Friday, April 15, 2016
Mr. Kelley, my high school history teacher, used to say "as is my wont" and "as it were" and back then, we would make fun of his usage, but I still use those phrases now, as does my brother, and as we use them, we usually remind ourselves of Mr. Kelley's continuing influence, as it were!
See this from one of my favorite sites Grammarphobia:
"The noun "wont" means a habit or custom, and it can be pronounced several ways: like "wahnt", or "wunt", or "woant". Here's a good illustration of its use, from an 1851 issue of Harper's Magazine: "The elegy was concluded and I was raptureizing even more vehemently than was my wont, when whack, I received a blow on my shoulder." So, the expression "as is my wont" means as is my custom or as I usually do. Example: I get up late, as is my wont, but I managed to get to work on time."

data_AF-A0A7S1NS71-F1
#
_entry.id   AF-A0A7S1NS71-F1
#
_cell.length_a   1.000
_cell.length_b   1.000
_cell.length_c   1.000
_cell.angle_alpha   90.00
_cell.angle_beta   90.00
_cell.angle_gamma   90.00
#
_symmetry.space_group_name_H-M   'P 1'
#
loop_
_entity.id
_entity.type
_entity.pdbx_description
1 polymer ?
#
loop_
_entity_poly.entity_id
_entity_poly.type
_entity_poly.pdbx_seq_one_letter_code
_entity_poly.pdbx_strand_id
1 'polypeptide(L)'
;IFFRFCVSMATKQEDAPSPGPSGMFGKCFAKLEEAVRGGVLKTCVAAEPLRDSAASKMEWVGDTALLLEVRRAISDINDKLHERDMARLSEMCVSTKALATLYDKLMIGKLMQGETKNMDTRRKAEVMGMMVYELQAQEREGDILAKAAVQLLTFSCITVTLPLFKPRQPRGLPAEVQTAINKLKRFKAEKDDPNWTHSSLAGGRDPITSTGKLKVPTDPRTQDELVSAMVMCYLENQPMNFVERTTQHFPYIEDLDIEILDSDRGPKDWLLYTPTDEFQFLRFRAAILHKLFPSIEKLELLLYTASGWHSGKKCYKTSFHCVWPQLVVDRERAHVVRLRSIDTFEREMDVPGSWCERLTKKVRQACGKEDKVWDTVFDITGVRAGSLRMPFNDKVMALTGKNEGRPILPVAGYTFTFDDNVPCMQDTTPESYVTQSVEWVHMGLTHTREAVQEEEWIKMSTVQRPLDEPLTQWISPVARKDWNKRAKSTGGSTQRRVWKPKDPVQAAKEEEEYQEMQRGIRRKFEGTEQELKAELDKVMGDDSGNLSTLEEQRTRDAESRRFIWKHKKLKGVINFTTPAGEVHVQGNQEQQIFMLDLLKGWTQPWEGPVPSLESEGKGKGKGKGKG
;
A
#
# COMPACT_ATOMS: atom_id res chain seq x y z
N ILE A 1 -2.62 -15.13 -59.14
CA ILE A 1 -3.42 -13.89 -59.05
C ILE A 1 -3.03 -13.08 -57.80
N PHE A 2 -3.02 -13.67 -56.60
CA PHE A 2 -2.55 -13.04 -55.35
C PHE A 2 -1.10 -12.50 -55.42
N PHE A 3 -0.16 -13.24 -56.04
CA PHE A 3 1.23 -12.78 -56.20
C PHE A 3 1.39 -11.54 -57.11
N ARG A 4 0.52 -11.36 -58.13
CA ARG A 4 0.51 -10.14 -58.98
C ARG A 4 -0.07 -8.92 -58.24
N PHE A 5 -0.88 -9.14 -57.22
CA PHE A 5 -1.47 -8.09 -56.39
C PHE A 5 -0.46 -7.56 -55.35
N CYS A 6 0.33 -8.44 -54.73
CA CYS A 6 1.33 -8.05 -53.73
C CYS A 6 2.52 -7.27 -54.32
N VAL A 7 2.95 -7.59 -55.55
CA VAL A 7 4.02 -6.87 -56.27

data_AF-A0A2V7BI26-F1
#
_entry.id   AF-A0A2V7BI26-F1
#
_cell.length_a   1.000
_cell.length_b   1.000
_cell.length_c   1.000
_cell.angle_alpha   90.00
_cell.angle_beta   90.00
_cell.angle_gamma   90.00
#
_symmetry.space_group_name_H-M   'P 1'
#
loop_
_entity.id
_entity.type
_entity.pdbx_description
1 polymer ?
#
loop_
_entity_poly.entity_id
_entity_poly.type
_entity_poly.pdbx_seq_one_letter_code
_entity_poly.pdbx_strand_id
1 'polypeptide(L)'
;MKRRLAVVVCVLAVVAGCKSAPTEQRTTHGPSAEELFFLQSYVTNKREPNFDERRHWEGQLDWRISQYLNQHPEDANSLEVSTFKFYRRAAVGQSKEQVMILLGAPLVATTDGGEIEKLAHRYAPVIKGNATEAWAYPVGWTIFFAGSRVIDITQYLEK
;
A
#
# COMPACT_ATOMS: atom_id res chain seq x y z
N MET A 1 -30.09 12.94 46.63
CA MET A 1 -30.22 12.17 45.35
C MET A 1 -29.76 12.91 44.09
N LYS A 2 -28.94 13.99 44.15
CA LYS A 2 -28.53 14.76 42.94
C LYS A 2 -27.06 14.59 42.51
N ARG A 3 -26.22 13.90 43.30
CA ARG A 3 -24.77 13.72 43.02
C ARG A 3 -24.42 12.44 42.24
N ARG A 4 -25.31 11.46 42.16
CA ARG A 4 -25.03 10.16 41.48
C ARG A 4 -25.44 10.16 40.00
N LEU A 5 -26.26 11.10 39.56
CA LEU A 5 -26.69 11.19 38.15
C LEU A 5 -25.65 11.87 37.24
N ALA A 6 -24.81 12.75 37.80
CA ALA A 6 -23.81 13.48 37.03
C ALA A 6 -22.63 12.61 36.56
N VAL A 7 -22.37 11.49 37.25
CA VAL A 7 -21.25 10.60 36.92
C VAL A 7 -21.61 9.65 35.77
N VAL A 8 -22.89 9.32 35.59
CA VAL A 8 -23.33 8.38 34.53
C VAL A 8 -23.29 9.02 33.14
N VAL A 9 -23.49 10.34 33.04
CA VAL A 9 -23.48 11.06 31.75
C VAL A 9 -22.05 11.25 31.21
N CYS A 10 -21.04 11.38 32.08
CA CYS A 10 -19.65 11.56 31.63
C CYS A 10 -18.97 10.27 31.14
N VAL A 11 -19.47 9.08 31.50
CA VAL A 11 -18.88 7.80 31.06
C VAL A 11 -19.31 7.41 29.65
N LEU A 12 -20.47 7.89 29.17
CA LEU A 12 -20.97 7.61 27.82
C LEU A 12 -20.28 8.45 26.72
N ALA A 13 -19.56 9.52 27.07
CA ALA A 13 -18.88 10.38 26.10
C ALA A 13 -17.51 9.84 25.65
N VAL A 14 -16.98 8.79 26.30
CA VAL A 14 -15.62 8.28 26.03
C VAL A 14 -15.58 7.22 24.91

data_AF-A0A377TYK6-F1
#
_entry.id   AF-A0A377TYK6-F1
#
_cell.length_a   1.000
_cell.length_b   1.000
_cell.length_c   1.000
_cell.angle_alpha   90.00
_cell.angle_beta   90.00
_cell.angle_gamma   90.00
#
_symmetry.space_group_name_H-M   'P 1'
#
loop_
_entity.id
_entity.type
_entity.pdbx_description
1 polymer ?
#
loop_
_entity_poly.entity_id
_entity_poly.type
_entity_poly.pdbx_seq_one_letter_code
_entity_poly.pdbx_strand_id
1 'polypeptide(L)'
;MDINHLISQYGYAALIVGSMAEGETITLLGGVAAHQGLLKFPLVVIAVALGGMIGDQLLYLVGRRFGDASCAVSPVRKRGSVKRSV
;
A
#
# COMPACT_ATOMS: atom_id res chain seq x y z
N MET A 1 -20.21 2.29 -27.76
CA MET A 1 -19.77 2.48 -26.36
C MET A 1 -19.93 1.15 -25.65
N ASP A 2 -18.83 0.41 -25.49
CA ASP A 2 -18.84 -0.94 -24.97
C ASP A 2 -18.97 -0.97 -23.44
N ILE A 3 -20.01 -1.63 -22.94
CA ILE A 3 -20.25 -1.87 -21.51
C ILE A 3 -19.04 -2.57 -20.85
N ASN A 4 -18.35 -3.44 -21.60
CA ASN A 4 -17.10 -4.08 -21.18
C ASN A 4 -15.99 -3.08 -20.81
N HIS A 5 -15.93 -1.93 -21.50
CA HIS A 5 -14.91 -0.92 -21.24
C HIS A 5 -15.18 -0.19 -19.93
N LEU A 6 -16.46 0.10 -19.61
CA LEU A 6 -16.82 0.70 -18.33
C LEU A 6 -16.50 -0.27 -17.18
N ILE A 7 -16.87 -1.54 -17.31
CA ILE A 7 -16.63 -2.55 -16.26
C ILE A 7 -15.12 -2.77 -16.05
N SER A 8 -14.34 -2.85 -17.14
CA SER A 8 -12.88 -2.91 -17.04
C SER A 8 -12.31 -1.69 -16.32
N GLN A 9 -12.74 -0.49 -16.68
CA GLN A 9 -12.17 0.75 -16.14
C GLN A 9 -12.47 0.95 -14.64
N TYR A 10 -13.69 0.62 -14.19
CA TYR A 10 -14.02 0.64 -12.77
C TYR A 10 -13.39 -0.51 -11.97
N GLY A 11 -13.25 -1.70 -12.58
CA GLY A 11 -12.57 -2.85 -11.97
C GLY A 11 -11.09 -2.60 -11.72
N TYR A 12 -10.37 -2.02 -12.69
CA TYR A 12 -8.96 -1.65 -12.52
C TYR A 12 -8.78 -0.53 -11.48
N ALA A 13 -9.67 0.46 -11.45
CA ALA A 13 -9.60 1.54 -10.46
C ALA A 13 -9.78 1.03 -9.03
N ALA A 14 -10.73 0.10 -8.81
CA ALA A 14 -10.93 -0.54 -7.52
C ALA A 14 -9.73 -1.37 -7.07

There used to be a verb, "wont", now long obsolete, that meant to do habitually, or to make someone or something accustomed to. The verb was used in its past participle form (both "wonted" and "wont") as an adjective meaning accustom. Thus, a nineteenth-century observer might have said, "I drove my wonted carriage to the ball," or "I am wont to walk to church."
Similarly, something "unwonted" was unfamiliar or out of the ordinary.
The Chambers Dictionary Of Etymology says the adjective was developed in medieval times from an Old English verb ("wonen" or "wunen"), meaning dwell or accustomed. The noun "wont" came from the adjective."
As is my wont, I like "old-fashioned" words and phrases, and appreciate Mr. Kelley's influence.